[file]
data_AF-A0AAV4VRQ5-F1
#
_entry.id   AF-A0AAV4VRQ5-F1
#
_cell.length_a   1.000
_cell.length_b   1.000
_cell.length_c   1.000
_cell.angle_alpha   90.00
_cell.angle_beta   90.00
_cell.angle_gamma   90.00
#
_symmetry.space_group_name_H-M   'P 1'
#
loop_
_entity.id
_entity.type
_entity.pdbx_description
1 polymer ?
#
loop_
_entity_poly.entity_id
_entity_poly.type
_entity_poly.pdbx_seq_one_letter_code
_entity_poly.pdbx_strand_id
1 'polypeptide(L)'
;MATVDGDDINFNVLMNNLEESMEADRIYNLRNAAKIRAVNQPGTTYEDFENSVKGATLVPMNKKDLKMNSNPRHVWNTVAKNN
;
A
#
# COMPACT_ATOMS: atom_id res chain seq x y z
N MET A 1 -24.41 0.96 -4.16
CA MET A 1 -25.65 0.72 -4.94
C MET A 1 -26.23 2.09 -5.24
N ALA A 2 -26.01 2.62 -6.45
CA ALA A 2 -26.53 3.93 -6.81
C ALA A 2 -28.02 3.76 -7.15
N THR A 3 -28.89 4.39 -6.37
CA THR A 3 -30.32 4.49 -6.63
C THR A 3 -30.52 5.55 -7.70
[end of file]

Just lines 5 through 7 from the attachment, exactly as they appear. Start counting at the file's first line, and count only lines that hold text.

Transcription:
_cell.length_a   1.000
_cell.length_b   1.000
_cell.length_c   1.000